TikTok star’s father guns down obsessed stalker during home invasion

What started as a 13-year-old girl’s coronavirus lockdown project turned into a deadly shootout at her home when a stalker took his obsession to near-lethal extremes.

Ava Majury, now 15, is a TikTok star with more than 1 million followers. One of those followers, an individual using the name EricJustin11 – real name Eric Rohan Justin, 18 – became dangerously obsessed with her.

In an interview with The New York TimesMs Majury’s family recounted a terrifying encounter in 2020 involving the stalker and an armed home invasion.

Justin began interacting with Ms Majury in early 2020, sending her Snapchat and Instagram messages and joining online video games she was playing with her brothers.

Over time, Justin’s obsession with the girl became worrying. She learned that her hometown friends in Naples, Florida, were selling the man photos of her and other information, including her cellphone number.

Justin began calling and texting her, and even agreed to do one of her classmate’s math homework in exchange for information about Ms Majury.

“I had to unfollow all my local friends and Jersey friends,” she told The New York Times. “And everyone around me was like, ‘Oh you’re going Hollywood on all of us, you don’t want to talk to us anymore.’ And I’m like, ‘You’re selling my stuff.’”

Eventually Justin asked Ms Majury if she would sell him selfie photos. She consulted her parents, and they allowed her to do so, noting that the photos were already available online.

Ms Majury said she never sent any photos of her body, just her face, which she claims is the crux of her brand.

“It was just pictures of my face, which is what I assume that he was paying for. My whole thing is my pretty smile — that’s my content,” she said.

Eventually the pair agreed to a price, and Ms Majury sold Justin two photos for around $300.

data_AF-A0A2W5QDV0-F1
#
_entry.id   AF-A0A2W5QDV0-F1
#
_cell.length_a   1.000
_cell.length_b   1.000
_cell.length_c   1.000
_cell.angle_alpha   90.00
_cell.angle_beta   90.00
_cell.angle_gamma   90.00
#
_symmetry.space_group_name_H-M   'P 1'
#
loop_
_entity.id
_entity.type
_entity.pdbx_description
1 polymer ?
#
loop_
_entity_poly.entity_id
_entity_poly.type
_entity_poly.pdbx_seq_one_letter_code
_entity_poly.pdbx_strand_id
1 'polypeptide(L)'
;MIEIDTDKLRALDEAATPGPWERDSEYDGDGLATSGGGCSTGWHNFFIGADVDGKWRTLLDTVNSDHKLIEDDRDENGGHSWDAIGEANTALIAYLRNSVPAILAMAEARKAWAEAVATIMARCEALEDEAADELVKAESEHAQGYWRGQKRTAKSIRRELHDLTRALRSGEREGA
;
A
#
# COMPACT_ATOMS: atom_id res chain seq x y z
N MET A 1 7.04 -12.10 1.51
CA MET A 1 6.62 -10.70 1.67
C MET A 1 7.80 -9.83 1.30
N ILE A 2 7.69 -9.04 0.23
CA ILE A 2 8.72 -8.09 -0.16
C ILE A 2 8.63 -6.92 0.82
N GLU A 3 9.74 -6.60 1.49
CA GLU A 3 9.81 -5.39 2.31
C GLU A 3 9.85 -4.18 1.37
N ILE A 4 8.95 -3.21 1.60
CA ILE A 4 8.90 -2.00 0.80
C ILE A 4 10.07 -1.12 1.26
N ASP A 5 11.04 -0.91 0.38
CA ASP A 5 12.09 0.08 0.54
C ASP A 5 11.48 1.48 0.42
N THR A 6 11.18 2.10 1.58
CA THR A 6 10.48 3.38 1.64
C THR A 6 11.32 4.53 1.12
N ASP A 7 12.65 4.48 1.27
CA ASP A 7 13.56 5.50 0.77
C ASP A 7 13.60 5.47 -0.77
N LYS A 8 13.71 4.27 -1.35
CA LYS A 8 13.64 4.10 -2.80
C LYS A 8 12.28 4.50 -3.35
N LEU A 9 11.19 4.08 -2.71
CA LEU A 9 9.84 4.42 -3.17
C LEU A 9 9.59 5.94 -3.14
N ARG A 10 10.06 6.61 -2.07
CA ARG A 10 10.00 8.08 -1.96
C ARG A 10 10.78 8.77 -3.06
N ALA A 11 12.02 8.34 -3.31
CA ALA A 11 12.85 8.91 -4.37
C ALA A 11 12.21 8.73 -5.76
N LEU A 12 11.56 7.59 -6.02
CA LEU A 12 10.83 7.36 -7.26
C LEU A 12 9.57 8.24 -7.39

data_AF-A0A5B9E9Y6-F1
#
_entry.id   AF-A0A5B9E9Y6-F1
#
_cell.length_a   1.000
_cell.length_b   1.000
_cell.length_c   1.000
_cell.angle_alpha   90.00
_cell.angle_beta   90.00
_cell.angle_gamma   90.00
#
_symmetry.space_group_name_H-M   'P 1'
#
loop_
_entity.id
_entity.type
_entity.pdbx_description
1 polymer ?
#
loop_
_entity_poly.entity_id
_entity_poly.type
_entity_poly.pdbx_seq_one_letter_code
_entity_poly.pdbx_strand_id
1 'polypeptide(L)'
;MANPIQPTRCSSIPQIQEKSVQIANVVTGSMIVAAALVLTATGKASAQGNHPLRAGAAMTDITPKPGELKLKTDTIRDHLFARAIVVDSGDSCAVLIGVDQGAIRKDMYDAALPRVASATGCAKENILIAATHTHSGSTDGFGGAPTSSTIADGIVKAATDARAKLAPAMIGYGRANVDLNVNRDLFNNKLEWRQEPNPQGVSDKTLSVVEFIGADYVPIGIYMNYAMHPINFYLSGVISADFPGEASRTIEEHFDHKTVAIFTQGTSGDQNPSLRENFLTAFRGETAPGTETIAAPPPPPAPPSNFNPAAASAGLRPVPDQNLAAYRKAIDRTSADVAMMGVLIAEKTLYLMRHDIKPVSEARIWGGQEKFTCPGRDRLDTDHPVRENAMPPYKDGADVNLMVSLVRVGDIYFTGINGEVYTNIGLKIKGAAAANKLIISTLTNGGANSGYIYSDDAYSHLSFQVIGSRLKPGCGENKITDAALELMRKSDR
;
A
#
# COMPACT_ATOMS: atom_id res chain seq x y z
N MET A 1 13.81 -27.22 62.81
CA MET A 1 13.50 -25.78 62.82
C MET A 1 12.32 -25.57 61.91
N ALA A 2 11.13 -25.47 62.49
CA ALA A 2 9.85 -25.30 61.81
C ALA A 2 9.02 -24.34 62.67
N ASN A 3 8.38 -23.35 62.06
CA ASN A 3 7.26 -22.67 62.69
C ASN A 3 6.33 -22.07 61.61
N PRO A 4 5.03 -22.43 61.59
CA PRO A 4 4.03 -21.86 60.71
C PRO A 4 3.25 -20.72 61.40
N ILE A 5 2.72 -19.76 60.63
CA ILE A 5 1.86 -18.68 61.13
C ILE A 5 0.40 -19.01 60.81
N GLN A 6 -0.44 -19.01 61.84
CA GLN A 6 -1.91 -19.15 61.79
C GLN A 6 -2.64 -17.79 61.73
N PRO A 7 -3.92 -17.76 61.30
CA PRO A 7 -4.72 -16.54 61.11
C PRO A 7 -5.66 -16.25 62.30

After that exchange things began to take an uncomfortable turn for the teen; Justin began asking her to send “booty pics” and shots of her feet. She said he wanted “stuff that a 14-year-old shouldn’t be sending,” especially to an adult.

Ms Majury blocked Justin on all of her accounts. He responded by desperately pleading with her to unblock him, even sending her over $500 along with the message “sorry this is all I have left I’m broke.”

Ms Majury’s father then texted Justin, telling him that his daughter was a minor and demanding that the 18-year-old stop texting her.

The demand did not deter Justin. He contacted one of Ms Majury’s male classmates to ask if he had access to a gun, and shared his plans to assault her. Justin said he thought he could “just breach the door with a shotgun.”

When Ms Majury found out about the messages, she reached out to her classmate, who confirmed the conversation happened.

Mr Majury tried to reassure his daughter that Justin was just “one of these keyboard cowboys,” noting that he lived hundreds of miles away.

He underestimated Justin’s obsession.

On 10 July, Justin arrived at Ms Majury’s home, entered, and blew a hole in her bedroom door with a shotgun.

“All I remember was, I heard it, I felt it in my chest, and I looked up, and there was a hole in my door from the fragments,” she told The Times.

Ms Majury fled her room through a connecting bathroom into her brother’s room.